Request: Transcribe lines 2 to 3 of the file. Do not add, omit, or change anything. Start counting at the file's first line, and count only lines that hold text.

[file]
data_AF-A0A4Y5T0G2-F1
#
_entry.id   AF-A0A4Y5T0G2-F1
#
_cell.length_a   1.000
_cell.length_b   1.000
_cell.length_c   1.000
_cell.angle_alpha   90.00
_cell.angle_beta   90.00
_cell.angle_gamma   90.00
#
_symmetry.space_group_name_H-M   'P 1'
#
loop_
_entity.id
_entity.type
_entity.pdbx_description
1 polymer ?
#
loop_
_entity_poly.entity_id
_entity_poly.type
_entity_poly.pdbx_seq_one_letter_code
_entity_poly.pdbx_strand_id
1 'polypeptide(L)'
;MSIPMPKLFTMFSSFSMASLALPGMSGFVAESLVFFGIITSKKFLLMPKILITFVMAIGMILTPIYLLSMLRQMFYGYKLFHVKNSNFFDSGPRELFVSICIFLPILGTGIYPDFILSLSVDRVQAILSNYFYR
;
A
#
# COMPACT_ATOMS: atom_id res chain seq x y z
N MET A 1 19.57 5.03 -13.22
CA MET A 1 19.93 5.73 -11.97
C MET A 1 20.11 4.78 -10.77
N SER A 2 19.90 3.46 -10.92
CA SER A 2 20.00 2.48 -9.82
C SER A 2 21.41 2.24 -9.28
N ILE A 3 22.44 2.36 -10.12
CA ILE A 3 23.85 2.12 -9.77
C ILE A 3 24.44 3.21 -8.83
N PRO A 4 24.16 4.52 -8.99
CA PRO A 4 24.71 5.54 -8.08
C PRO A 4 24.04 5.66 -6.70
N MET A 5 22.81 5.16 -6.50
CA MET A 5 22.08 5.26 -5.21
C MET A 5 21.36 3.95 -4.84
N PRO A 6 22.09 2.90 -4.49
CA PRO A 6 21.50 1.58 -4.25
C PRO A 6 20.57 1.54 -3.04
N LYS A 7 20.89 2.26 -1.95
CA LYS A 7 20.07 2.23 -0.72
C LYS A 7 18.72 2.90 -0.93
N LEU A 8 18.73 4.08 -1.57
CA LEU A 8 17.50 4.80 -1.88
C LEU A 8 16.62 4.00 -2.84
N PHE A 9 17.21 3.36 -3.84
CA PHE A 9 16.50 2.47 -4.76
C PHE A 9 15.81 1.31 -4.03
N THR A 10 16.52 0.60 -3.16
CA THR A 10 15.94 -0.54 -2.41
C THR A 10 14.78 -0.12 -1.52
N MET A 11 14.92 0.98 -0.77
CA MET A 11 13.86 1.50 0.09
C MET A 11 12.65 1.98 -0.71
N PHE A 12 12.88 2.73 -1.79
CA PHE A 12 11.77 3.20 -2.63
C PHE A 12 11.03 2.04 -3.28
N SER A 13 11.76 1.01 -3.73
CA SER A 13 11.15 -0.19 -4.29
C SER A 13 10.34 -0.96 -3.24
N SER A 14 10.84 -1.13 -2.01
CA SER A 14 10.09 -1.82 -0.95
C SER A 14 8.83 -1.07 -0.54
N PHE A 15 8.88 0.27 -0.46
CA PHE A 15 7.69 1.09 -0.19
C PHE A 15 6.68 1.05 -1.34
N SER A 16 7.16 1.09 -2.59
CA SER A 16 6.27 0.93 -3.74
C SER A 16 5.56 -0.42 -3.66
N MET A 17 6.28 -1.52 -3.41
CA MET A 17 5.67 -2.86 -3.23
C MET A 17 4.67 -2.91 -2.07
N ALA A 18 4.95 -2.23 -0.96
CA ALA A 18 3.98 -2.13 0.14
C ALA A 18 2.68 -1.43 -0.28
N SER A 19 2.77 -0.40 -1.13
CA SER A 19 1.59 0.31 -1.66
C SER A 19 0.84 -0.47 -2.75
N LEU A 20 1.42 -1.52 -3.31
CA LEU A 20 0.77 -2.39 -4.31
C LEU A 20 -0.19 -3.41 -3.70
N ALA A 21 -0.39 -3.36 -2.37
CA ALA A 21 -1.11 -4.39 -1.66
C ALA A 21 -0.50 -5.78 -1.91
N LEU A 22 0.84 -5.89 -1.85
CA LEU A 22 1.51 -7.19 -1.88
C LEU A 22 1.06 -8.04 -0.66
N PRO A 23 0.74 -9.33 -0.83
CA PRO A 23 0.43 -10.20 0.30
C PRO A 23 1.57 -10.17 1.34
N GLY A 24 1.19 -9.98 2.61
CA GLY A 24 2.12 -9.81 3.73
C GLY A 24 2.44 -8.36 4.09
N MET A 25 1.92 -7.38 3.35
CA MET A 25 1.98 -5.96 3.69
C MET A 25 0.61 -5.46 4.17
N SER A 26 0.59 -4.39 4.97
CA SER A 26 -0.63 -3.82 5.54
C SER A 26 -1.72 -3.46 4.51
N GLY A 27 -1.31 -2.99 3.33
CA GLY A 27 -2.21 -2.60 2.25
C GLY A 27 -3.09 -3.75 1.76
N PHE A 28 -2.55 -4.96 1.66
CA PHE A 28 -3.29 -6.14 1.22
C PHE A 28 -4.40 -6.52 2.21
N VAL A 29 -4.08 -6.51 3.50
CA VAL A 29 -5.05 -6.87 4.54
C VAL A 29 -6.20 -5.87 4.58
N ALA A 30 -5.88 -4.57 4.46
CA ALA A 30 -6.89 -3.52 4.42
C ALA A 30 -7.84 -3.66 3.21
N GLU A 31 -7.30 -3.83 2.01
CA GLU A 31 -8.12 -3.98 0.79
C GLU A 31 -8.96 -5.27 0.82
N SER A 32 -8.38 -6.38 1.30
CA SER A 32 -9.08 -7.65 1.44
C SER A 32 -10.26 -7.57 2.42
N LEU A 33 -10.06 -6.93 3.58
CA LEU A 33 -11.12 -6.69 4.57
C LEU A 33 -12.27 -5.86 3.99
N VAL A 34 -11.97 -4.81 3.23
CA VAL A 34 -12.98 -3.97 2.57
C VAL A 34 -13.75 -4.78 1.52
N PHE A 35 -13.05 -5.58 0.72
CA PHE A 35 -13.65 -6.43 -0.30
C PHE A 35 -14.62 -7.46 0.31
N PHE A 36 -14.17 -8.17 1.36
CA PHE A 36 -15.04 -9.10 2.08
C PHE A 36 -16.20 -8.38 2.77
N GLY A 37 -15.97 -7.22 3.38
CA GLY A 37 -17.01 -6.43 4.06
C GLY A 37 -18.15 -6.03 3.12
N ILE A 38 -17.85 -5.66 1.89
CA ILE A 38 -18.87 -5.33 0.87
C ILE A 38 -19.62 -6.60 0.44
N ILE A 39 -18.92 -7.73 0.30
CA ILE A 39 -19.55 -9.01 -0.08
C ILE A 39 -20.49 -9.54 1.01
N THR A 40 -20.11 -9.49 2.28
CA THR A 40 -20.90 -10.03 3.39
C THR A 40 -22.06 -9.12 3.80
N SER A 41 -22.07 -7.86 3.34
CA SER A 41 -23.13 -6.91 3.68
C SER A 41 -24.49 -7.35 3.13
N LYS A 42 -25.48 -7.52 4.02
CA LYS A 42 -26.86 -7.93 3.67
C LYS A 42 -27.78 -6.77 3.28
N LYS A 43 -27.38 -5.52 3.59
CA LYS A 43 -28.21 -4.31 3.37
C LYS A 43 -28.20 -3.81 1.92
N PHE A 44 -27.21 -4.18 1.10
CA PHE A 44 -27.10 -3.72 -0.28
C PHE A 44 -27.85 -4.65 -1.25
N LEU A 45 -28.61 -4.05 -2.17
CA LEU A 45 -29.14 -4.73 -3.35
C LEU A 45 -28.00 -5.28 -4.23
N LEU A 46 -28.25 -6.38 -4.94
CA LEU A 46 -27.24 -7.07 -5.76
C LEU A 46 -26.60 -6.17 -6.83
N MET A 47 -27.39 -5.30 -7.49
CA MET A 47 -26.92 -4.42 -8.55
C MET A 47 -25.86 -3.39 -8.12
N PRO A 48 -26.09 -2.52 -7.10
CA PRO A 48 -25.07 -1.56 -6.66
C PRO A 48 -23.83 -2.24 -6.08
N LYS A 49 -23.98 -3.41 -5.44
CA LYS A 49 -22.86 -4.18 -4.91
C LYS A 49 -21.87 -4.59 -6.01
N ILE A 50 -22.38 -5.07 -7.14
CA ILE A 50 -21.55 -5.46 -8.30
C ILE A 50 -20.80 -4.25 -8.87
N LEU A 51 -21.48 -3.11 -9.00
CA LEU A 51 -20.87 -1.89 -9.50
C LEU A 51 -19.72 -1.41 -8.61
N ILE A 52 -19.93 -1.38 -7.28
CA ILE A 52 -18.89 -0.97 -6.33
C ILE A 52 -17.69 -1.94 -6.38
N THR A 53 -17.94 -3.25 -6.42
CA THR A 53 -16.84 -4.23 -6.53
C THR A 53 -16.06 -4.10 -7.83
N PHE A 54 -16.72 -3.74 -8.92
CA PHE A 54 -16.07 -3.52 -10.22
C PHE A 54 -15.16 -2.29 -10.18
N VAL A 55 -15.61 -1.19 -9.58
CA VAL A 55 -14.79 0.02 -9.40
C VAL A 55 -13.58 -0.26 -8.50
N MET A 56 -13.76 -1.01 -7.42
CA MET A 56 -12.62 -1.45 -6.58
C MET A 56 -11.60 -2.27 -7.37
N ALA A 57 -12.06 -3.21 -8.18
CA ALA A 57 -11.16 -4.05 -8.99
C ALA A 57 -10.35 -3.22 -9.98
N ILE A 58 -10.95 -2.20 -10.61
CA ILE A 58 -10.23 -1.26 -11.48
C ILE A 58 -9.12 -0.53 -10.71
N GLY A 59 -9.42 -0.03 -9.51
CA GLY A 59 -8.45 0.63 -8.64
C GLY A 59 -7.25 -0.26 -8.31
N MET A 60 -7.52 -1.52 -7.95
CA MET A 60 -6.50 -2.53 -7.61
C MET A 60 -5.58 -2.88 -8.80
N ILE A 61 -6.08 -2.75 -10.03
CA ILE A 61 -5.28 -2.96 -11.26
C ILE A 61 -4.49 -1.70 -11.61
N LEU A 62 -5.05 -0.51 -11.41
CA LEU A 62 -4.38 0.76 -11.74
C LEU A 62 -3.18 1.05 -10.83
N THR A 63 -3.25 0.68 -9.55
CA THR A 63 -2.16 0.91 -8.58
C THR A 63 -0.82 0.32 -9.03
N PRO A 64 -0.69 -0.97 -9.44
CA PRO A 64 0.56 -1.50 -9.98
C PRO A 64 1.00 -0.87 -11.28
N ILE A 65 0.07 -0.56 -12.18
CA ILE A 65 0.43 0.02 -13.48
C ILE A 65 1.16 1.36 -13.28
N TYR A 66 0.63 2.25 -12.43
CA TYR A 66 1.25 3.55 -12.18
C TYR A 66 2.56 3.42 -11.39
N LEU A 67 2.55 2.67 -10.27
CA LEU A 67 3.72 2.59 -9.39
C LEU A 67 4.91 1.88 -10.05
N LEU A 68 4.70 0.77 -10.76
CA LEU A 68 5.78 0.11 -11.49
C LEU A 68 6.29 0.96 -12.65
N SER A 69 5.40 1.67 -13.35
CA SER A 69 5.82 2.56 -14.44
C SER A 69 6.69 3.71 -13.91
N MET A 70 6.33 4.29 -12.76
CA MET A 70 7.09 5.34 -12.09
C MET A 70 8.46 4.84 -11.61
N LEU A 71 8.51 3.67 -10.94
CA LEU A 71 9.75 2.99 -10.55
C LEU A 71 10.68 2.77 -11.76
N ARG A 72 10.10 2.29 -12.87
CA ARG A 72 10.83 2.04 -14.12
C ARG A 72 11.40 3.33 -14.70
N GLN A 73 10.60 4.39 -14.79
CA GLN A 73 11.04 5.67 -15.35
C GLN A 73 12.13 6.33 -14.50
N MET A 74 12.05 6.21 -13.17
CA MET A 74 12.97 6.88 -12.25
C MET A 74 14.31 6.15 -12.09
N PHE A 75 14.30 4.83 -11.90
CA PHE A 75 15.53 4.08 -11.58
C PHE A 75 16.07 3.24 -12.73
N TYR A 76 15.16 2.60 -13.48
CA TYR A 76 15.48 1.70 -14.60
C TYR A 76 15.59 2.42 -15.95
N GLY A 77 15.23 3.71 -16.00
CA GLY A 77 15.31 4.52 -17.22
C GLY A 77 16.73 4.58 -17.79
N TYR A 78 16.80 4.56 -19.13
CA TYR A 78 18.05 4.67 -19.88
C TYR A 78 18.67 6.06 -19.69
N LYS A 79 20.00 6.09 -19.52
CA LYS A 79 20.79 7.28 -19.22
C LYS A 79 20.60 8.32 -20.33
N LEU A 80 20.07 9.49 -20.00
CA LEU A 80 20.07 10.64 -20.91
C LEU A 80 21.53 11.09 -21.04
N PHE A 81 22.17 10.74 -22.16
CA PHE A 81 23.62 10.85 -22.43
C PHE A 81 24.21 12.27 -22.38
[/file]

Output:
#
_entry.id   AF-A0A4Y5T0G2-F1